The Fivefold Ministry: Drawing the Line

November 11, 2013
Doctrine Opinion Pentecostalism

In Ephesians 4, we read about what some have referred to as the Fivefold Ministry of the Church.

And He Himself gave some to be apostles, some prophets, some evangelists, and some pastors and teachers, for the equipping of the saints for the work of ministry, for the edifying of the body of Christ, till we all come to the unity of the faith and of the knowledge of the Son of God, to a perfect man, to the measure of the stature of the fullness of Christ. Eph 4:11-13.

The five ministries are therefore:

Apostles
Prophets
Evangelists
Pastors
Teachers

There are some who say these only constitute a fourfold ministry, because “pastors and teachers” is one ministry. Although I do not agree, I will not dwell on that point here, because it is irrelevant to the purpose of this article.

The purpose of this article is to look at where to draw the line. Most churches accept that pastors and teachers operate today. So the line is drawn here.

Apostles
Prophets
Evangelists
Pastors
Teachers

Others accept the modern role of evangelists, but do not accept “miraculous” gifting, so they draw the line here:

Apostles
Prophets
Evangelists
Pastors
Teachers

Most Pentecostals accept the role of prophets, though some (such as the Assemblies of God) suggest that a gift of prophecy does not imply that the one so gifted is a prophet, and the AoG actually deny the modern role of the prophet.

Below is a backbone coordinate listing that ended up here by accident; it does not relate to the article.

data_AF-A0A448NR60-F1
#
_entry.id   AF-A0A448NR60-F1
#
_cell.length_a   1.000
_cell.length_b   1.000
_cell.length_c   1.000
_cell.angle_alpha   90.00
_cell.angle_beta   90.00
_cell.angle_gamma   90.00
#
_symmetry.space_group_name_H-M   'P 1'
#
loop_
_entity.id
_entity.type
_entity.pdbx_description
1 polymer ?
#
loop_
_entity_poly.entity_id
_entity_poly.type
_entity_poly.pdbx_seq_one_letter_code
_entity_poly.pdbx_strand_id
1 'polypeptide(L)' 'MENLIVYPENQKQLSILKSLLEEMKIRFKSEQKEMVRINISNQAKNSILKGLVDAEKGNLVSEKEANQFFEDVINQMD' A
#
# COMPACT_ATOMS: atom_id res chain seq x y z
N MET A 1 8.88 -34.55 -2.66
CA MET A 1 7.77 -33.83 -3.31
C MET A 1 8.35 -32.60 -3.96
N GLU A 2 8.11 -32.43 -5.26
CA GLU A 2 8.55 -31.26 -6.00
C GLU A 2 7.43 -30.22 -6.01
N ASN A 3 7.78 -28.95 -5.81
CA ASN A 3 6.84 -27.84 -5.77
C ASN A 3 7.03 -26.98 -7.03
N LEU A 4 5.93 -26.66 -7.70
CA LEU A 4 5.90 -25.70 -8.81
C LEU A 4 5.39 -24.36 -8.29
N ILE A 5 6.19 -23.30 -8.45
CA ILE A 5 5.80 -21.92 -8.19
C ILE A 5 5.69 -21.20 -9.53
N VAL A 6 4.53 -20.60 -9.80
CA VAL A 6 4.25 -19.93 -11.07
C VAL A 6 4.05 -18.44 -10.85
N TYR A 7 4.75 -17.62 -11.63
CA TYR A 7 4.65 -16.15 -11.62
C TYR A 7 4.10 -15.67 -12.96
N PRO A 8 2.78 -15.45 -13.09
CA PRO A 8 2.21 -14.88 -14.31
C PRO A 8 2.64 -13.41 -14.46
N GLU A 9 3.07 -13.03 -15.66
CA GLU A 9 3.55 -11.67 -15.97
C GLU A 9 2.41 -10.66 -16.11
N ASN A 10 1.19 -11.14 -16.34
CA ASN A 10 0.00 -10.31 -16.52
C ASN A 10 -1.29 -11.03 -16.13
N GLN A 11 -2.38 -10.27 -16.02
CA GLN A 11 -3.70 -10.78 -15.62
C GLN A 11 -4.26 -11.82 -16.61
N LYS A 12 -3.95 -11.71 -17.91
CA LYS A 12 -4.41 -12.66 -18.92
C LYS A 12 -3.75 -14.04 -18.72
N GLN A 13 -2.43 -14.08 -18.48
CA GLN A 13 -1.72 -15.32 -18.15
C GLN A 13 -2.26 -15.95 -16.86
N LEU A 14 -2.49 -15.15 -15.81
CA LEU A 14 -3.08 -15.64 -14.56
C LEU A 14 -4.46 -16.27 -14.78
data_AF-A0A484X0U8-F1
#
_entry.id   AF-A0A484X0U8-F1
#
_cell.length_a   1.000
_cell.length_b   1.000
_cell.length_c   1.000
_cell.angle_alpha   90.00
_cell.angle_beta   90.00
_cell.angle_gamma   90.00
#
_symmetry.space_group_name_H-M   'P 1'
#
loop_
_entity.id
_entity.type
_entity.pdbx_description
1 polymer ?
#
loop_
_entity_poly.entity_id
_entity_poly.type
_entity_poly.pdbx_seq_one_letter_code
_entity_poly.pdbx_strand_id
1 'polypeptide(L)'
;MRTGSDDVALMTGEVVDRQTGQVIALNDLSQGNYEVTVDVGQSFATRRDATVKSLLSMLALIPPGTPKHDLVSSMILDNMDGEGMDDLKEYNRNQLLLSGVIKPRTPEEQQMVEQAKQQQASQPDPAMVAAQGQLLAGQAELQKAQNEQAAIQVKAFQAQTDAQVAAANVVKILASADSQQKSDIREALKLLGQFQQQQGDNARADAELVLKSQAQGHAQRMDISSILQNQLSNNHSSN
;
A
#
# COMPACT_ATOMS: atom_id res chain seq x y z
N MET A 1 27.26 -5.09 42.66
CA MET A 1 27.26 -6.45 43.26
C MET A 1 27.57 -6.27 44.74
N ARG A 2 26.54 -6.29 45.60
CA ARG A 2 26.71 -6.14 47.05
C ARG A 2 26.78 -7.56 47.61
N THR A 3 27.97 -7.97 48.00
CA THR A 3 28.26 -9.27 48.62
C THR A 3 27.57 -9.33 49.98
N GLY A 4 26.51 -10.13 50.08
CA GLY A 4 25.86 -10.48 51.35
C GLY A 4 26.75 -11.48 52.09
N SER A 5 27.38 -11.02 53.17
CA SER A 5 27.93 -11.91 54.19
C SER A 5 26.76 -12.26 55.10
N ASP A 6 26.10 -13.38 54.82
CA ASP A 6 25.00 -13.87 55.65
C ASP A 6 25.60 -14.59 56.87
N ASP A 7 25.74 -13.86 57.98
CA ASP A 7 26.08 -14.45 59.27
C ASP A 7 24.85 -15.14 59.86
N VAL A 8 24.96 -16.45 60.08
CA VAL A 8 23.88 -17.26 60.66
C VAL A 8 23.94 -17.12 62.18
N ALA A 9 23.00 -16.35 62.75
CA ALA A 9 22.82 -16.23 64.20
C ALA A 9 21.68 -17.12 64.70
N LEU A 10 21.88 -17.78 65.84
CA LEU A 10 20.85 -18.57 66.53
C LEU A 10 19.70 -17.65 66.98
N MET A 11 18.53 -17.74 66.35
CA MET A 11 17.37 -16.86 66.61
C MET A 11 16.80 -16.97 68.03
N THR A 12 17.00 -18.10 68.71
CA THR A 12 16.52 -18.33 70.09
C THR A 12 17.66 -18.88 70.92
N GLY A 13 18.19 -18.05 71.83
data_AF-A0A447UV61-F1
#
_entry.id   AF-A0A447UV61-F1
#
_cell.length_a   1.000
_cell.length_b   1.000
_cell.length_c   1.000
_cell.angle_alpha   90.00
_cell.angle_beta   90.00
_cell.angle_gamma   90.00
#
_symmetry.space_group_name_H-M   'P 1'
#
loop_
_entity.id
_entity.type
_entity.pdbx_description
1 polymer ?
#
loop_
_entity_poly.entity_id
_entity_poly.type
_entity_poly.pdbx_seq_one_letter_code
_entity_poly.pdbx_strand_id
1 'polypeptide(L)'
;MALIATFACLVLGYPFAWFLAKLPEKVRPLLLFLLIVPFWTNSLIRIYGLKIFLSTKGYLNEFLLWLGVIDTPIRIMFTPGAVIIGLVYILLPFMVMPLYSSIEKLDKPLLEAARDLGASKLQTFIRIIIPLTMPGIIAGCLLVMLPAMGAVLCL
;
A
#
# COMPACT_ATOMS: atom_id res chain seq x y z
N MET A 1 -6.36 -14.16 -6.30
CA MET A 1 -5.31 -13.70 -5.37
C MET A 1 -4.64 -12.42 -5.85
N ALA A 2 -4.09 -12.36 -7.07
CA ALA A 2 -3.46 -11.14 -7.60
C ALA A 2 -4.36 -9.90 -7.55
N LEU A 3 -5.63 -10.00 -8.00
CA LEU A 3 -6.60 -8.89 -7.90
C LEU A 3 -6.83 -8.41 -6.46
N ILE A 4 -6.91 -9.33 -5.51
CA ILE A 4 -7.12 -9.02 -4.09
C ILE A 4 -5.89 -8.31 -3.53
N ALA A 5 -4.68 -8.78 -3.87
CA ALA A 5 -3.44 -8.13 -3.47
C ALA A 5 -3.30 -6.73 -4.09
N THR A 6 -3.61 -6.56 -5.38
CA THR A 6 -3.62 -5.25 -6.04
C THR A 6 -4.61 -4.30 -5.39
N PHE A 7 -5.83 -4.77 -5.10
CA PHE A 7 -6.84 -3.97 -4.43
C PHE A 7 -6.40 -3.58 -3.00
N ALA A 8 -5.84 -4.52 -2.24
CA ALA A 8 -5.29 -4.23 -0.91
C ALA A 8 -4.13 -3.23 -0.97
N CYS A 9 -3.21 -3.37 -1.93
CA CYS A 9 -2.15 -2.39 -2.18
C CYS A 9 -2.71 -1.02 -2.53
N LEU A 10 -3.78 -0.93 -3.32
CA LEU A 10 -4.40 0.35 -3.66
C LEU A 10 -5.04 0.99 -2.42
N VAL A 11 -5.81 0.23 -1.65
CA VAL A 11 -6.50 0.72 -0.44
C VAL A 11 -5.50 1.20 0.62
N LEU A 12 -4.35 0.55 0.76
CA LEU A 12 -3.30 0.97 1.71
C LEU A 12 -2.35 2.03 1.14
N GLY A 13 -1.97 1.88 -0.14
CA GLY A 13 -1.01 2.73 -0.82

Apostles
Prophets
Evangelists
Pastors
Teachers

Personally, I can find no evidence from the context that any line should be drawn. I cannot see why there would be a distinction. Therefore, I do not place a line, which means, by inference, that the passage implies that there are apostles today. These are not apostles in the sense of the 12 (and Paul), divinely appointed by Jesus. But in the sense that some have a ministry and authority wider than that of just one church, we suggest that, in this sense, there are indeed Apostles today.

This is the sense in which we might describe the late Martyn Lloyd-Jones as an apostle

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